Mary Westcott wins 3 extradition cases in 1 week

04.11.16 | |


31 October 2016:  Poland v Robert Krzykalski


District Judge Ikram discharged Mr Robert Krzykalski from a Polish EAW for 25 allegations of fraud from December 1999.  The Court could not be sure that Mr Krzykalski was a fugitive, despite failing to stay at his registered address after a formal interview in 2001. 


The District Judge found “… a very substantial delay in this case lies entirely at the door of the JA … the enforceable decision dates to 2012 because there was a substantial delay in the final decision on all charges till 06 May 2011”.  


“It is understandable after such a long period, the RP believed the matter to be closed.  Therefore, notwithstanding the RP’s own actions in moving address, the delay in this case cannot be attributable to a conscious decision of the RP to frustrate the authorities.”


Taking into account Mr Krzykalski’s good character and stable job, extradition would be oppressive and / or breach his Article 8 right to a private life (he has no family ties).


Mary was instructed by Harry Grayson of Shaw Graham Kersh



1 November 2016:  Greece v Paul Wright


District Judge Snow discharged Mr Paul Wright from a Greek request for him to complete 15 months in custody (or pay a c. £3500 fine).   A Greek Court had convicted and punished Mr Wright in his absence during 2006, for a joyriding and criminal damage offence from 2003.   The EAW was not certified until 2015.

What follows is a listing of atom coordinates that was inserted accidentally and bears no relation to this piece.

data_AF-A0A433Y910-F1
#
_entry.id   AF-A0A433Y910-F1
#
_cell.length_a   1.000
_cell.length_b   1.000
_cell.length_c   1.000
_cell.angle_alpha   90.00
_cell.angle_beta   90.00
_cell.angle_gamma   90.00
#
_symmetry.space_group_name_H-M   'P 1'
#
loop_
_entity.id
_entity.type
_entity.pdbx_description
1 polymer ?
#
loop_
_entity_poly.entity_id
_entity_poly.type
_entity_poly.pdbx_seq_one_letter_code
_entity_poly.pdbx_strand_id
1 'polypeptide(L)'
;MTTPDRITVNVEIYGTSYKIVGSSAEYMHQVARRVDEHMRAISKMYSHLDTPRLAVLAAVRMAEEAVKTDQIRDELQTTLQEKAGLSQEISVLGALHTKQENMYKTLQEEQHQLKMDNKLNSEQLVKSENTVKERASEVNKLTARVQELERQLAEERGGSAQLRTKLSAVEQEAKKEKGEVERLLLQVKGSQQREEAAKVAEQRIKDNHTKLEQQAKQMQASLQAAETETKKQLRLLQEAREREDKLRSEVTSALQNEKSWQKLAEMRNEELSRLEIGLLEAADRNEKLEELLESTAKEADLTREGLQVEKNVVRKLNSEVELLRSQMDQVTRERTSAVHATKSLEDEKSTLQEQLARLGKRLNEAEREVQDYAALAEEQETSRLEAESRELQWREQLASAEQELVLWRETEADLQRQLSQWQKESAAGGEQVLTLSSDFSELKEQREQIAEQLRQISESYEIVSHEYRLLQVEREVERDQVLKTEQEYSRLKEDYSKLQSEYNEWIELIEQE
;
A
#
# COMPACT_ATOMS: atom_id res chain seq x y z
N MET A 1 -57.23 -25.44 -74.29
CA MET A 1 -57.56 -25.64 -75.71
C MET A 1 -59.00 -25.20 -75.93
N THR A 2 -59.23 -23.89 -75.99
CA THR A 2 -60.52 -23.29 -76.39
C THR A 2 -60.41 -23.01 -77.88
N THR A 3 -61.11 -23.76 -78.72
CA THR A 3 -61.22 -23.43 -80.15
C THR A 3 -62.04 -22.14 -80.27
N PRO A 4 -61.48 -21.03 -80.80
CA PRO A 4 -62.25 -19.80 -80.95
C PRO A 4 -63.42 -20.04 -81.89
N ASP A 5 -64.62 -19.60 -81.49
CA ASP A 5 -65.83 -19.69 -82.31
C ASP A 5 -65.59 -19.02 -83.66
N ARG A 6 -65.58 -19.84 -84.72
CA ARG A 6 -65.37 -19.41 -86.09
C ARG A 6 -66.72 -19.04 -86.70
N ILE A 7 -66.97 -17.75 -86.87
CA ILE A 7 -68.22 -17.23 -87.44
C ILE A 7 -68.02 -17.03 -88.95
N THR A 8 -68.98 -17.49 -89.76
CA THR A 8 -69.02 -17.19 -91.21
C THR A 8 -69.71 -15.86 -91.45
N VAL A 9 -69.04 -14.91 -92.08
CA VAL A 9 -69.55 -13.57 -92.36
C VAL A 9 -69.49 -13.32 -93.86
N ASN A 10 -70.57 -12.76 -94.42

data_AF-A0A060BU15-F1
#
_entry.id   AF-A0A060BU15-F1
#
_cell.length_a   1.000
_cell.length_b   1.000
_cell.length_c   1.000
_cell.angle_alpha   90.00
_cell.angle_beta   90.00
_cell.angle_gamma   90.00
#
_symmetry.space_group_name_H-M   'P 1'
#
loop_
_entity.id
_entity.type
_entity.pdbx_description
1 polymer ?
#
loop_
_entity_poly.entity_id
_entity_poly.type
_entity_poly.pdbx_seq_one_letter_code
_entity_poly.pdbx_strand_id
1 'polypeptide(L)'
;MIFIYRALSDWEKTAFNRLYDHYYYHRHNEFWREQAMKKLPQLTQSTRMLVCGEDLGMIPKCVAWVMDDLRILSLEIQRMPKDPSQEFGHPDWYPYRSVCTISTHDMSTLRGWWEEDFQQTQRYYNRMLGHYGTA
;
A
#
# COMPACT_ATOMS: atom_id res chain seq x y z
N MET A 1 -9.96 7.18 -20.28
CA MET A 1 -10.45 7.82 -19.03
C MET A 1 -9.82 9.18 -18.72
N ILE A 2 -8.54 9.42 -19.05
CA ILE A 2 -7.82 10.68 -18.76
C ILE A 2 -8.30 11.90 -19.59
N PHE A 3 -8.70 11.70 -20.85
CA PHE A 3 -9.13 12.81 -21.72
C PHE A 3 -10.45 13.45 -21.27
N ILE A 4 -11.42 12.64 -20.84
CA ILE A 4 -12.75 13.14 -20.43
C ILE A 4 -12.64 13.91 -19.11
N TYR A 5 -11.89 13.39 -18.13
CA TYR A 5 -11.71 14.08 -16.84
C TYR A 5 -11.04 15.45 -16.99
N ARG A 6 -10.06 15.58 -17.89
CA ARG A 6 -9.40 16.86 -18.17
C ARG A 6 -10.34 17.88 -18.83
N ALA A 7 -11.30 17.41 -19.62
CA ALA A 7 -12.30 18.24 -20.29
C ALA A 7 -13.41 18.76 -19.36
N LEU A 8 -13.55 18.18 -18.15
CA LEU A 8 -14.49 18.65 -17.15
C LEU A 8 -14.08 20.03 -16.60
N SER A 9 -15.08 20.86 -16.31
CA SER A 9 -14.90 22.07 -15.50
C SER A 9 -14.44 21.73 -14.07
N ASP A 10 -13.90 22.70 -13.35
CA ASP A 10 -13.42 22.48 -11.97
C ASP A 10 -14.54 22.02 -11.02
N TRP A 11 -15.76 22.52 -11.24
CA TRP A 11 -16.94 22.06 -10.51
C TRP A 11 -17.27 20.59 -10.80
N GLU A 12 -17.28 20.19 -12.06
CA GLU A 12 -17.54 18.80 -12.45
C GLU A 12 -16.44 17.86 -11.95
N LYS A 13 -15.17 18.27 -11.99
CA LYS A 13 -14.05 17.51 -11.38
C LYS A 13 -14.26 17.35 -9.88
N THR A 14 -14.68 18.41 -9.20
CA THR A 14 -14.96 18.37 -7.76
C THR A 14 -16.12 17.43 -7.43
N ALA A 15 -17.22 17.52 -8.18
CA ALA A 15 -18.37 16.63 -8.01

The extradition Court found the delays “appalling”.  There was no proof of a right to retrial and extradition would be cause a disproportionate interference with the Article 8 rights of Mr Wright and his family, including his pregnant wife. 


Mr Wright was discharged on the day of the extradition hearing.  The CPS indicated an intention to appeal. 


Mary was instructed by Sean Caulfield of Hodge Jones & Allen.


Press Release: Hodge Jones & Allen

Press coverage: The Independent and The BBC.



4 November 2016: Lakatosz v Poland (CO/1759/2016)


Collins J overturned the extradition order made by District Judge Margot Coleman to discharge Mr Adrian Lakatosz from a Polish EAW in relation to theft offences from 2012.  A Polish Court had decided to enforce a previously suspended 14 month sentence.   


Collins J noted the District Judge’s finding that the Appellant was “at best extremely dishonest” but accepted fresh evidence and found that the Respondent had failed to establish deliberate absence and a right to a re-trial (S20).   It could not simply be assumed that the Appellant’s right to a fair trial would be respected if surrendered.  


This was the first case to consider today’s Divisional Court Judgment in the joined Romanian cases of Zagrean, Sunca and Chihaia & Others [2016] EWHC 2786 (Admin).  Despite the Divisional Court’s guidance that the definitions of deliberate absence within Article 4A of the Framework Decision are not exhaustive, it was unfair to conclude that Mr Lakatosz’s had shown “a manifest lack of diligence” so that “he sought to avoid service of the information the court sent” (see Dworzecki, C-108/16 PPU at para 51 – 52). 


The decision demonstrates that S20 remains an effective challenge to an EAW, irrespective of adverse findings of fact by a District Judge and recent case law.


Mary was instructed by Rebecca Weale at GT Stewart.

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